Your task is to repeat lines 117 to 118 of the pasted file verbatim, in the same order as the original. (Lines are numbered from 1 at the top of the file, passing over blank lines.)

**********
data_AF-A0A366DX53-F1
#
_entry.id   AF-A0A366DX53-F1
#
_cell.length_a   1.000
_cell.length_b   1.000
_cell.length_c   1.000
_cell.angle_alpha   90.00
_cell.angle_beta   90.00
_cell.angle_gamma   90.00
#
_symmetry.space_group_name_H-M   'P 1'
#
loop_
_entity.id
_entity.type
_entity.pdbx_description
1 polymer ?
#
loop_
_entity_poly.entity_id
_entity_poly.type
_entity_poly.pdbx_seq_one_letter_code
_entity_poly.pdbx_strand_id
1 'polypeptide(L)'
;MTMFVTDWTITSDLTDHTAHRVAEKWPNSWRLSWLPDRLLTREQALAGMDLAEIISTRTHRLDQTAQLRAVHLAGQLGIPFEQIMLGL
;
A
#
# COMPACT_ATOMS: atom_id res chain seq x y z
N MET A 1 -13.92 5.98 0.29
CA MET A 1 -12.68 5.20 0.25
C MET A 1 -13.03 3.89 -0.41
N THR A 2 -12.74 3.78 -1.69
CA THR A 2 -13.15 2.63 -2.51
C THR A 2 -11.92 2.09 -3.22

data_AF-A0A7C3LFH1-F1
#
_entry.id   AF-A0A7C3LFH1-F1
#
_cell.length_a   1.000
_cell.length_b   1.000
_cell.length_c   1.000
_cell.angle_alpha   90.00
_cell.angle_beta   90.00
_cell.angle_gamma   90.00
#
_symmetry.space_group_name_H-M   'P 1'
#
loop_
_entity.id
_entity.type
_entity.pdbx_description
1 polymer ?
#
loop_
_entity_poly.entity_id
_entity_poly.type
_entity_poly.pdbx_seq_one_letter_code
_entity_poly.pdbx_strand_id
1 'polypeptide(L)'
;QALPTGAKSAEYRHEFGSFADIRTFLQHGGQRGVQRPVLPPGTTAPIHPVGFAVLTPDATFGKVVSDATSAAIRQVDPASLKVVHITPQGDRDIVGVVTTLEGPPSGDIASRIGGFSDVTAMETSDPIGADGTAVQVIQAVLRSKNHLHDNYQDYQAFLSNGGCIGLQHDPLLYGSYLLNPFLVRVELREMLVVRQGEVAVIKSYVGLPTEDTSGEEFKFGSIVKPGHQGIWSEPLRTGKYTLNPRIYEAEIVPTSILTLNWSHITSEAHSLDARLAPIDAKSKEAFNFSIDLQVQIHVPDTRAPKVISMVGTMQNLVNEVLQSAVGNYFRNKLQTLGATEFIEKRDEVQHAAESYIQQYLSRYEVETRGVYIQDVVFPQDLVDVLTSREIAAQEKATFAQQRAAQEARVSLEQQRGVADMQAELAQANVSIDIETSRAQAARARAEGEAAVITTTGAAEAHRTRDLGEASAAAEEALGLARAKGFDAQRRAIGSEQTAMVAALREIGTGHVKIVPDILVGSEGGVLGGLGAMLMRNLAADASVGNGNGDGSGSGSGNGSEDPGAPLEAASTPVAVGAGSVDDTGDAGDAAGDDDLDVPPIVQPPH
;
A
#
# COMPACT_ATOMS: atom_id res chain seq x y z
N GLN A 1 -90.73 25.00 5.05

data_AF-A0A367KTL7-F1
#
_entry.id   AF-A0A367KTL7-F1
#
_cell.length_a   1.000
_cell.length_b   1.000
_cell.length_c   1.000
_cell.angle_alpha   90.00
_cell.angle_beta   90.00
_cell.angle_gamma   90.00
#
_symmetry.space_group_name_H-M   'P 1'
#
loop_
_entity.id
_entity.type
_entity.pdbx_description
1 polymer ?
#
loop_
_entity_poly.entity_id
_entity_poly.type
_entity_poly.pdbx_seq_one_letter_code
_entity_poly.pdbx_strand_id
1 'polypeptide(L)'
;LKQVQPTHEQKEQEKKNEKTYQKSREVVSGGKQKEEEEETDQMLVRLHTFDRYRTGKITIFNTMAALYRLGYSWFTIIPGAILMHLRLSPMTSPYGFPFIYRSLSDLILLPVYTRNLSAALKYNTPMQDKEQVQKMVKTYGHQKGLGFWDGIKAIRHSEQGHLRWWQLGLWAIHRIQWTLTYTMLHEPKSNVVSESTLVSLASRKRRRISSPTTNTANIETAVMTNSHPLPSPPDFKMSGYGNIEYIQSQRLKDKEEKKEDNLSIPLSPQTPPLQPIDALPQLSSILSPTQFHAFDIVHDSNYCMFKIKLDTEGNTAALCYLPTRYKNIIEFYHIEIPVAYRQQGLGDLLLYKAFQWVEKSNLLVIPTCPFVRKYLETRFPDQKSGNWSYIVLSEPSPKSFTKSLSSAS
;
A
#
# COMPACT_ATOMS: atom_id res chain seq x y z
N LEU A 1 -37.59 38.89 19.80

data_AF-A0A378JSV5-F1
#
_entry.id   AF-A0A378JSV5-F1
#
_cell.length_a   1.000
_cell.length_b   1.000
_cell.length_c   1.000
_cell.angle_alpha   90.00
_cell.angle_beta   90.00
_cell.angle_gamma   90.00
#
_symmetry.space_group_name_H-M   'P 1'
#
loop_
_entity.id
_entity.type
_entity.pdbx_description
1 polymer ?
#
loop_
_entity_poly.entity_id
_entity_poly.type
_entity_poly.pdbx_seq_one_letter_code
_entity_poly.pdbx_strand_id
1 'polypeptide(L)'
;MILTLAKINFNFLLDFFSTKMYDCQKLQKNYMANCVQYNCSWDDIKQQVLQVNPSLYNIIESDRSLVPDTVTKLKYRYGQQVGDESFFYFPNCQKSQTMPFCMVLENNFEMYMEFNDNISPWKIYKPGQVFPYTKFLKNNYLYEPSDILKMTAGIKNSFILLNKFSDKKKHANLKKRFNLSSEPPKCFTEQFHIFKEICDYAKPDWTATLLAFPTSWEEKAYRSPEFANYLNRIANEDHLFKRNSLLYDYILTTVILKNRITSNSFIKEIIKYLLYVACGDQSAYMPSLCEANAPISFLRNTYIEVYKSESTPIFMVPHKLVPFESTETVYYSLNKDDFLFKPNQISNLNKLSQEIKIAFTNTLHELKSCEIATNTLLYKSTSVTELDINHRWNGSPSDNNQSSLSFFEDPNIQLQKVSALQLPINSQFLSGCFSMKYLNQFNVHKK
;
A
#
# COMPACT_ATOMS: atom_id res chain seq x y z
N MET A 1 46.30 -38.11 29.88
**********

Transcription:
#
loop_